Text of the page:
Friday, 22 April 2011

Friday 22nd. April 2011

With high temperatures expected again today , I got out reasonably early and my first stop at the Farm lake . With the sun getting warmer by the minute , and just birdsong to accompany me , I spent an hour and a half , just walking around the lake and enjoying every minute . The Cowslips are incredible this year , packed tightly all around one end of the lake . In another corner , Bogbean is racing to flower and set seed , before the Bullrushes exclude the light , and in another , which was a blaze of yellow on my last visit , the Coltsfoot has finished flowering and the seed heads , looking like a halo atop the stem , stand waiting to release the next generation . As is often the way here , the quiet was broken , when a Moorhen strayed a bit too close to the Coot's territory , and a noisy chase ensued . A little later , I found that the dispute wasn't just territorial , as the Coots had there first brood , 7 little balls of fluff , tucked away in the reed bed .
I only managed to get a shot of one adult with 6 of the youngsters . By half past nine , with the temperature at 21C. , I left the lake and headed off to Salt Box Hill , just below Biggin Hill Airport , for my first visit this year . A lot of clearance work , probably by contractors over the winter , had obviously been done , but when I got to the kissing gate on the large patch and found it chained and padlocked , there was only one answer , animals must be on the site . And so it was , the two Dartmoor ponies that had destroyed the site last year , were standing in the shade . When I had the meeting with the grazier last summer , he said that grazing would be minimal this year . Minimal must mean something different to graziers , as later I met two local people who voluntarily keep an eye on the animals , who told me that the two ponies had been on site for months , and it showed , and also that the grazier didn't have any grass for them on other sites , so here they stay , to destroy even more of the site . Nothing I could do , so I got on with the butterfly survey . First find was not a butterfly but another day flying moth , the Treble Bar . Brimstones were the most numerous species ( 13 including 5 egg laying females ) , but six other species , all in small numbers , were found , including two female Holly Blues , one of which was egg laying on Cornus/Dogwood , even though the books say just Holly and Ivy are used . The most numerous of all though , were the St.Mark's Flies , with their dangling legs , which were swarming everywhere .Very difficult to focus on , but they will certainly sustain all those arriving migrants . In the wooded area , one of the more unusual Buttercups , Goldilocks/Ranunculus auricomus , with it's deep cut leaves in swirls around the stem . Before leaving , I tried to cool off in the shade at the top of the site , a great spot to look for Common Buzzards , but even with perfect conditions for them , they did not put in an appearance .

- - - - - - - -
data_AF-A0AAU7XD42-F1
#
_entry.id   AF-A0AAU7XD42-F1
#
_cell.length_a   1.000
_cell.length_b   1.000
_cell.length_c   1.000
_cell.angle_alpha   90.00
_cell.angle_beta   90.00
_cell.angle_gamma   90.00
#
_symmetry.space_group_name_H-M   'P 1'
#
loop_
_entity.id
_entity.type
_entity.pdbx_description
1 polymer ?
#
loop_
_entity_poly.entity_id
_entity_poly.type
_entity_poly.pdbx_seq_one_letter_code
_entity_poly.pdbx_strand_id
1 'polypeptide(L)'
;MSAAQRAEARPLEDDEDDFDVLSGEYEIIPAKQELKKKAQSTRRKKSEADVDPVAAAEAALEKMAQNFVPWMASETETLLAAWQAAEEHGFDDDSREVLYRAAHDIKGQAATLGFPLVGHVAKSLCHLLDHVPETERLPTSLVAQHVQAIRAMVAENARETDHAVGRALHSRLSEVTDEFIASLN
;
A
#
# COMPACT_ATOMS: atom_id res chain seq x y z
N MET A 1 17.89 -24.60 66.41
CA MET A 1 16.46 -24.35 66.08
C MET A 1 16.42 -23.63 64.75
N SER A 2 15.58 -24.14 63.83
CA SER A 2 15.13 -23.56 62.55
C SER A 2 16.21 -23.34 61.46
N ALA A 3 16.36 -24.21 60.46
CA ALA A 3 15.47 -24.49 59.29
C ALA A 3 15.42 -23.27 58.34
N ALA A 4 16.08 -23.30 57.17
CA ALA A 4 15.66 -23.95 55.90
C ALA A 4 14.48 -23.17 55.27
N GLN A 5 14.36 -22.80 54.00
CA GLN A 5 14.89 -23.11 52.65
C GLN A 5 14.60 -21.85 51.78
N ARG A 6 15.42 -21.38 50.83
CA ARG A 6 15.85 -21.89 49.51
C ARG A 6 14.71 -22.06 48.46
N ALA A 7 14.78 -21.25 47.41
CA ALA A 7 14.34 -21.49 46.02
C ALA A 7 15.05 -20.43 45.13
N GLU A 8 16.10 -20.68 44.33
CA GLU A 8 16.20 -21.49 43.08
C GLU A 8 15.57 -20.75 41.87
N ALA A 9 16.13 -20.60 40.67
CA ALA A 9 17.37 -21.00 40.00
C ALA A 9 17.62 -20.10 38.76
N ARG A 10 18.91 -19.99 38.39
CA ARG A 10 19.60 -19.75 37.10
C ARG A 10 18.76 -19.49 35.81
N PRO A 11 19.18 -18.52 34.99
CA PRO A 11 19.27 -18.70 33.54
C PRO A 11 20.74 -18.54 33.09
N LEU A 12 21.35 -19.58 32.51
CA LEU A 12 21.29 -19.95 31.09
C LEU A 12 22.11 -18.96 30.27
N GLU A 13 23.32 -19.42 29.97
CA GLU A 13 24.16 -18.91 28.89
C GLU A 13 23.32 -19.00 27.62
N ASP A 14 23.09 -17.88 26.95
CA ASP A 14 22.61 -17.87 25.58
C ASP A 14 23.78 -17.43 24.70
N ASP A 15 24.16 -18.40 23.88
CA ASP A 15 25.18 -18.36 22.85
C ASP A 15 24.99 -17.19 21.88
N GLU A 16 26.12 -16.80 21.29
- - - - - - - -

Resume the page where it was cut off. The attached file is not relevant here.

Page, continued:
With Lunch time looming , my last stop was the old farm house at Keston , which I have been watching each time I pass , to see if the House Martins had returned . As I pulled off the road , a black and white blob emerged from one of the under the eaves nests , they were back . I set up the tripod to get some shots , but the speed entering and leaving the nests made things difficult . At least leaving , a head poking out of the nest before the launch , gave some warning , but returning was much harder , as they arrived from behind . At least three pairs were around , and , talking to the owner later , they must have arrived late yesterday/early today , as there was no sign of them yesterday during the day . It was not just the House Martins that have returned , the pair of Grey Wagtails that were seen last year , were back , using the damaged roof to gain entry to their preferred nesting site .

And finally , looking around the garden after lunch , a handsome looking hoverfly , Helophilus pendulus , was sunning itself on the leaves of the Marsh Marigold in the pond . Carol had seen a Large Red Damselfly around the pond in the morning , but no sign this afternoon .


ShySongbird said...

The Cowslips seem to have done exceptionally well this year here too Greenie.

Good news on the House Martins, you did well to get the shots too.

I haven't seen one Brimstone settled yet, only ones whizzing past me!

Phil and Mandy said...

the last photo is stunning greenie, lovely shot

Phil said...

Well done Greenie, very nice post and well done Carol, have hardly seen a damselfly yet. The St. Mark's fly will not only sustain the migrants but also the Trout. Must dust off the rods!

Rodney Orton said...

That’s awesome! It’s very rare that you see and capture through lenses a laying Holly Blues or other animal/ insects. That is just a beautiful photo! I also love your bird photos but I easily noticed a missing shingle on the roof. Maybe they have their nests there, huh?